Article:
# of win streaks of 3 games or more: Five

Manager(s): Karl Kuehl, Charlie Fox

Hall of Famers on roster: Andre Dawson, Gary Carter, and Larry Doby (as coach)

100 loss seasons since: 2008; 2009 (both as the Washington Nationals)

Pennant wins since: None

In 1976, baseball changed forever. It’s always changing and evolving to some degree, but two pitchers–Andy Messersmith and Dave McNally–had played the 1975 season without a contract, and afterwards they went to an arbitrator and claimed that they were not beholden to the long-standing reserve clause, which bound a player to one team for as long as that team wanted. The arbitrator agreed with them, and Messersmith became baseball’s first millionaire, signing for three years with the Atlanta Braves. It’s just one more sign of how different things are now in baseball–and in all of professional sports–than what they were back then.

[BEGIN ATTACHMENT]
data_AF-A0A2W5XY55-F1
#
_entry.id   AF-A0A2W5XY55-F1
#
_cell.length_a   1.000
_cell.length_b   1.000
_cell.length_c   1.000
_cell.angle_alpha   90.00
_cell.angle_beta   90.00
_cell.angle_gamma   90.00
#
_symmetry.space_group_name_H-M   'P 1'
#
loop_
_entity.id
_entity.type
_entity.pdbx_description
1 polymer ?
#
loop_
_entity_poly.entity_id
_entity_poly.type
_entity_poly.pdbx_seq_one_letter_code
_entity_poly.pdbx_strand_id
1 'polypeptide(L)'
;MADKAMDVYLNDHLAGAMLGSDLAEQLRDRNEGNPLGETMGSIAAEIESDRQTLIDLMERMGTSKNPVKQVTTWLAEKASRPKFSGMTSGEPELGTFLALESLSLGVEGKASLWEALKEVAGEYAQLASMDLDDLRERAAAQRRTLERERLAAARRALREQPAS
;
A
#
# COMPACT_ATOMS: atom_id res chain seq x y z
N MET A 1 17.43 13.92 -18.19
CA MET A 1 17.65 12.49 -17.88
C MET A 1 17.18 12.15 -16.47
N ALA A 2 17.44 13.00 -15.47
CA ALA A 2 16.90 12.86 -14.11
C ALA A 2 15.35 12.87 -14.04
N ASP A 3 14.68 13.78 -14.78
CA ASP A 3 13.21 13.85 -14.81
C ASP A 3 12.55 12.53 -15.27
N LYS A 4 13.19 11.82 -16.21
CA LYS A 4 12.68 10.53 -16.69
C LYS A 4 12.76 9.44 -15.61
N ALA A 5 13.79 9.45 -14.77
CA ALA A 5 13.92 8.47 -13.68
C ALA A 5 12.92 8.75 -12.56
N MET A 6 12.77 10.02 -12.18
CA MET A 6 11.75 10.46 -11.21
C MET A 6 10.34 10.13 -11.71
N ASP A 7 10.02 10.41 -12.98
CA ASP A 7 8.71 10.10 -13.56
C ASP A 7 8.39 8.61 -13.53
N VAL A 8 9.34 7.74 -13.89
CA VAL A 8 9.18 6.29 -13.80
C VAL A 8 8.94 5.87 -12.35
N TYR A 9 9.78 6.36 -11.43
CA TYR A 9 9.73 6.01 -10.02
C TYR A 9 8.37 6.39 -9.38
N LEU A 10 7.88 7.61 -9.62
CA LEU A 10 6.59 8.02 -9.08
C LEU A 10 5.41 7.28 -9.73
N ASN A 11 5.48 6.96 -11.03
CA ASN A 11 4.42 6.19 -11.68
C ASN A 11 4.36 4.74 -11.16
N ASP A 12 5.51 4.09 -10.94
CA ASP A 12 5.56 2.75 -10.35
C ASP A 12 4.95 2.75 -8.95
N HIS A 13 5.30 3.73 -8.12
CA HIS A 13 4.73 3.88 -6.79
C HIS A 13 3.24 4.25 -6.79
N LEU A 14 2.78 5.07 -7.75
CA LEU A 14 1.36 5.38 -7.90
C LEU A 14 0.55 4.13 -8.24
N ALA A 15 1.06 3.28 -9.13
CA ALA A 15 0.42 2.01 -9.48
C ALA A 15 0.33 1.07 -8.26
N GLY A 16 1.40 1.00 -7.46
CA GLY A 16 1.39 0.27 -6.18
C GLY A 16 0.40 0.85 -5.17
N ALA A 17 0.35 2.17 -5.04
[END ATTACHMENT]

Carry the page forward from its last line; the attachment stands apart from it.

The Montreal Expos, in their final year of playing in Jarry Park, were the only team to hit the magic number in losses in 1976. Since it was the summer of Bruce Jenner, Nadia Comaneci, and the other Summer Olympians in Montreal, I don’t think the locals noticed it very much. But after the season was over, Les Expos┬ámoved into Olympic Stadium, which eventually ruined Andre Dawson’s knees. And, for all of the problems they had with the ballpark and with lousy attendance toward the end of their time in Montreal, they never again lost 100 games in Montreal. So that’s a good thing, right?

Although it has nothing to do with 100 losses, the most enduring image of baseball in 1976 was Rick Monday saving the American flag in the outfield of Dodger Stadium on April 25. A man and his son ran onto the field, and were intending to burn the flag as an act of protest. But they fumbled with their matches and lighter fluid, and in the meantime Monday ran over and snatched the flag away from them. The picture of the event above has been colorized, but the event rightly made Monday a hero. As much as I pound on the Cubs sometimes, I was definitely proud of my team at that moment. And with the Bicentennial just two months away, all Americans were inspired by Monday’s action. Has anything ever gone together so well as America and baseball?